By Ronnie Daniel

On Feb. 28, I was part of a panel of speakers to celebrate the 75th anniversary of the existence in St. Vincent and the Grenadines of the Public Service Union (PSU), the trade union that speaks on behalf and champions the causes of public servants. The theme on which panellists reflected was “Sexual Exploitation, Harassment and Violence Against Women and Girls: The Uncomfortable Conversation”.

On this occasion, I deliberately and provocatively use the biblical concept of “unclean hands” to suggest that all of us, including those institutions (FAMILY, CHURCH, SCHOOL) that have traditionally been the guardians of our morality and well-being, have unclean hands. I went on to note that when men use their hands, minds, and penises (body) to violate women and girls, “our hands are unclean”. I further argued that when institutions use their power, privileged, money, structures, processes and procedures to violate women and girls, “our hands are not clean”.

You see, there is tendency in our society to think of violence as something outside of our space — it is something that is done to those people over there, or it is something that is done to dem kind ah women dey, rather than something that we do within our own space (s) and with our own hands. We are dishonest, to say the least, when we think and pretend in this way.

While I was disappointed with the turnout at the event, it was not surprising at all. However, the presentations and the ensuing discussion made for an engaging and interesting evening. Some critical points were raised that need further ventilation in the public domain and in the highest spaces of national debate. But what made me nearly “pee my pants” was the disclosure by our esteemed Speaker of the House of Assembly, Jomo Thomas, that someone told him, “that if [he] had had sex with more women [he] probably would have eclipsed the 118 votes that [he] lost by and that [he] might have won”. (The Speaker was referring to his bid to win the South Leeward Constituency seat in the 2015 General Elections). This is no casual, idle talk, it is indicative of a mindset and what happens at the highest levels of leadership of our beloved land.

And so, I am worried that our society has not matured in engaging in honest talk about sexual exploitation and its damaging effects on the psyche of our young girls and women, and what this means for the well-being and economic development of our society. Like most parents, I am disturbed by the levels of intimate partner violence and the levels of sexual violence perpetrated against our young girls and NOT just young girls, BUT VERY YOUNG GIRLS. And secondly, I am even more disturbed by our tolerance, indifference, slowness to act, our silence, and our normalising of violence itself. Police data would reveal that between 2011 and 2016, 1,536 cases of sexual offences were reported. Of that total, 324 were sexual offences against girls under 13. I am advised by legal friends that this is statutory rape. Another 295 reports were classified as sexual offences against girls under 15, while 230 as rape. Have you gotten the picture yet? Our girls are at a higher risk of being sexual assaulted than women.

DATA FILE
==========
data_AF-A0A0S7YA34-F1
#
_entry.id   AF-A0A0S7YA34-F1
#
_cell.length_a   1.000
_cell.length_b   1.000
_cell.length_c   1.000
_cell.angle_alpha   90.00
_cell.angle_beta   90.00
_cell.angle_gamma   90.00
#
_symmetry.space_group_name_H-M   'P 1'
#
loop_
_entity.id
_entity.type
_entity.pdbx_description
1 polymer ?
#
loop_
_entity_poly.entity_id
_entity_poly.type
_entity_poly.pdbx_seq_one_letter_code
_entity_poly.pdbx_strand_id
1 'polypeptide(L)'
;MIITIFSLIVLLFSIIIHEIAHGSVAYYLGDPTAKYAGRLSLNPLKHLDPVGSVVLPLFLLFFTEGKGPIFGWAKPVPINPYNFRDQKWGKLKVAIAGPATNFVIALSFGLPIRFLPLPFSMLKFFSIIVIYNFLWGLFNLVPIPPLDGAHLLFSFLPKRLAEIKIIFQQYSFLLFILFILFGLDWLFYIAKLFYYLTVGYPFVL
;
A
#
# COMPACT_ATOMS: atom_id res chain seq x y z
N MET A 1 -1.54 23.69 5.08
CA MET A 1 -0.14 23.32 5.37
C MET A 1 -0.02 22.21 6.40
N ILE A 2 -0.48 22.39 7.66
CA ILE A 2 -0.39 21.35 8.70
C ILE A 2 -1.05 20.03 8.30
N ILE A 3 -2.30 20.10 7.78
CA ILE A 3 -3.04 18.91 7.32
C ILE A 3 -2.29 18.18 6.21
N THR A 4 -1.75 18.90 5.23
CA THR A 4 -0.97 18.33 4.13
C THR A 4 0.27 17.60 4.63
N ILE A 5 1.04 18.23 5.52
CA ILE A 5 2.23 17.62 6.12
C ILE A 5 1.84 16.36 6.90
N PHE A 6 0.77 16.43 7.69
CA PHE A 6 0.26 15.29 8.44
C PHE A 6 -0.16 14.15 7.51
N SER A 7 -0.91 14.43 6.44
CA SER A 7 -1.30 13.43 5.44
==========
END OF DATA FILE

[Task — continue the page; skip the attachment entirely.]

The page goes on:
One reason which we all seemed to agree on at the panel discussion was that the acquiesce to sexual exploitation and violence against women and girls may, in part, due to the reality that it involves leaders whom we revere across a wide spectrum of the political, civic and religious sectors of our society. If this is the case, and I have no reason to challenge this, then the question is how can we disrupt this trend, change this mind-set and prevent this scourge from doing further damage to more than half of our population? How do we clean our physical and institutional hands? How do we get rid of this stain in our nation? I don’t have the answers, they would certainly have to come from our careful and thoughtful collective reflection and action. What I do know is that we can begin to fix the little things.